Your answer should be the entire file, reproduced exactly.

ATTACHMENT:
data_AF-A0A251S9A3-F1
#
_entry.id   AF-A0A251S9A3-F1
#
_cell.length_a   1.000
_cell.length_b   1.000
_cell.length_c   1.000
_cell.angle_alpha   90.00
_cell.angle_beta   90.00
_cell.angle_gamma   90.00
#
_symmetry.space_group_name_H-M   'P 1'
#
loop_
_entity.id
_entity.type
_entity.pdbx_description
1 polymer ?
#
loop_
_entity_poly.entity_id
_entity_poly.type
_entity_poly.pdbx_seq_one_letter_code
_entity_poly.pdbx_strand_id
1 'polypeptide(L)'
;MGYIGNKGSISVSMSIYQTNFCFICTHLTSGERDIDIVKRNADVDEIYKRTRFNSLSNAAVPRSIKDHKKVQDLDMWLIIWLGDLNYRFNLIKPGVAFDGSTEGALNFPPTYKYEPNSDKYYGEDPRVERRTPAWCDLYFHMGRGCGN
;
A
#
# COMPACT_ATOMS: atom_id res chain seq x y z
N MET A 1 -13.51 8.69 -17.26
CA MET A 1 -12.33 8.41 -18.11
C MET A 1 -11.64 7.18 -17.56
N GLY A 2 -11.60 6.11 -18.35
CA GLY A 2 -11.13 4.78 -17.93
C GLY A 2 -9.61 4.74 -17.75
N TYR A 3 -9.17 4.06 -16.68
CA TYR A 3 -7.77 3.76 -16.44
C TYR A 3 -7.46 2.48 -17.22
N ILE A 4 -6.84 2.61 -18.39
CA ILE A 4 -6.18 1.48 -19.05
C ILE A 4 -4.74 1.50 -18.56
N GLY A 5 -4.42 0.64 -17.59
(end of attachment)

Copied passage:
data_AF-A0A251S9A3-F1
#
_entry.id   AF-A0A251S9A3-F1
#
_cell.length_a   1.000
_cell.length_b   1.000
_cell.length_c   1.000
_cell.angle_alpha   90.00
_cell.angle_beta   90.00
_cell.angle_gamma   90.00
#
_symmetry.space_group_name_H-M   'P 1'
#
loop_
_entity.id
_entity.type
_entity.pdbx_description
1 polymer ?
#
loop_
_entity_poly.entity_id
_entity_poly.type
_entity_poly.pdbx_seq_one_letter_code
_entity_poly.pdbx_strand_id
1 'polypeptide(L)'
;MGYIGNKGSISVSMSIYQTNFCFICTHLTSGERDIDIVKRNADVDEIYKRTRFNSLSNAAVPRSIKDHKKVQDLDMWLIIWLGDLNYRFNLIKPGVAFDGSTEGALNFPPTYKYEPNSDKYYGEDPRVERRTPAWCDLYFHMGRGCGN
;
A
#
# COMPACT_ATOMS: atom_id res chain seq x y z
N MET A 1 -13.51 8.69 -17.26
CA MET A 1 -12.33 8.41 -18.11
C MET A 1 -11.64 7.18 -17.56
N GLY A 2 -11.60 6.11 -18.35
CA GLY A 2 -11.13 4.78 -17.93
C GLY A 2 -9.61 4.74 -17.75
N TYR A 3 -9.17 4.06 -16.68
CA TYR A 3 -7.77 3.76 -16.44
C TYR A 3 -7.46 2.48 -17.22
N ILE A 4 -6.84 2.61 -18.39
CA ILE A 4 -6.18 1.48 -19.05
C ILE A 4 -4.74 1.50 -18.56
N GLY A 5 -4.42 0.64 -17.59